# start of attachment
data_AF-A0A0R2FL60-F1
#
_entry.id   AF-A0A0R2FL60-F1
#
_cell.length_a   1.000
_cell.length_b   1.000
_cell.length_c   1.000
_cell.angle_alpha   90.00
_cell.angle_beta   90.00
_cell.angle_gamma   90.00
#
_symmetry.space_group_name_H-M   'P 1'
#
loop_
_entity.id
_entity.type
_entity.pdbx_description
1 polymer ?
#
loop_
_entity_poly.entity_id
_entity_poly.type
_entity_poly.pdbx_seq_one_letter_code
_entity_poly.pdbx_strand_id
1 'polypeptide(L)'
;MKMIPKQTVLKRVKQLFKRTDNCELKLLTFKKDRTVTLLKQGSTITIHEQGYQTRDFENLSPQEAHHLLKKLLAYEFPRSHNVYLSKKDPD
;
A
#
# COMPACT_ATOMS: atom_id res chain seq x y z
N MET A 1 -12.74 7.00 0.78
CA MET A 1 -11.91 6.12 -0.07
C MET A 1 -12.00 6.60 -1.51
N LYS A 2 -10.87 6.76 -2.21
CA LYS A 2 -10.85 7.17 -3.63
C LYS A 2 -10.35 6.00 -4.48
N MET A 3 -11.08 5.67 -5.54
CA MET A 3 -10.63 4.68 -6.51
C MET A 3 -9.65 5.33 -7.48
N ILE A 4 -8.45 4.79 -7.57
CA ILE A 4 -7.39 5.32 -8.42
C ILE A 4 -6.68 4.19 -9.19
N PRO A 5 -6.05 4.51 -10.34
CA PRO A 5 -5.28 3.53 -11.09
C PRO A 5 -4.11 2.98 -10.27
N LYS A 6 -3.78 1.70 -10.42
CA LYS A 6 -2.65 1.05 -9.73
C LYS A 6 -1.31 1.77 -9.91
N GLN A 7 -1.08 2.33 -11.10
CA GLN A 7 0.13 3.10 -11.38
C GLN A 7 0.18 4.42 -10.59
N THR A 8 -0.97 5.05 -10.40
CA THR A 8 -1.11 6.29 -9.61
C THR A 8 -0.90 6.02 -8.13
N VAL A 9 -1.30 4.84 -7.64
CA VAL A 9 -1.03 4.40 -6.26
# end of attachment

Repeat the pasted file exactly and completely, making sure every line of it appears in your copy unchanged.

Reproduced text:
data_AF-A0A0R2FL60-F1
#
_entry.id   AF-A0A0R2FL60-F1
#
_cell.length_a   1.000
_cell.length_b   1.000
_cell.length_c   1.000
_cell.angle_alpha   90.00
_cell.angle_beta   90.00
_cell.angle_gamma   90.00
#
_symmetry.space_group_name_H-M   'P 1'
#
loop_
_entity.id
_entity.type
_entity.pdbx_description
1 polymer ?
#
loop_
_entity_poly.entity_id
_entity_poly.type
_entity_poly.pdbx_seq_one_letter_code
_entity_poly.pdbx_strand_id
1 'polypeptide(L)'
;MKMIPKQTVLKRVKQLFKRTDNCELKLLTFKKDRTVTLLKQGSTITIHEQGYQTRDFENLSPQEAHHLLKKLLAYEFPRSHNVYLSKKDPD
;
A
#
# COMPACT_ATOMS: atom_id res chain seq x y z
N MET A 1 -12.74 7.00 0.78
CA MET A 1 -11.91 6.12 -0.07
C MET A 1 -12.00 6.60 -1.51
N LYS A 2 -10.87 6.76 -2.21
CA LYS A 2 -10.85 7.17 -3.63
C LYS A 2 -10.35 6.00 -4.48
N MET A 3 -11.08 5.67 -5.54
CA MET A 3 -10.63 4.68 -6.51
C MET A 3 -9.65 5.33 -7.48
N ILE A 4 -8.45 4.79 -7.57
CA ILE A 4 -7.39 5.32 -8.42
C ILE A 4 -6.68 4.19 -9.19
N PRO A 5 -6.05 4.51 -10.34
CA PRO A 5 -5.28 3.53 -11.09
C PRO A 5 -4.11 2.98 -10.27
N LYS A 6 -3.78 1.70 -10.42
CA LYS A 6 -2.65 1.05 -9.73
C LYS A 6 -1.31 1.77 -9.91
N GLN A 7 -1.08 2.33 -11.10
CA GLN A 7 0.13 3.10 -11.38
C GLN A 7 0.18 4.42 -10.59
N THR A 8 -0.97 5.05 -10.40
CA THR A 8 -1.11 6.29 -9.61
C THR A 8 -0.90 6.02 -8.13
N VAL A 9 -1.30 4.84 -7.64
CA VAL A 9 -1.03 4.40 -6.26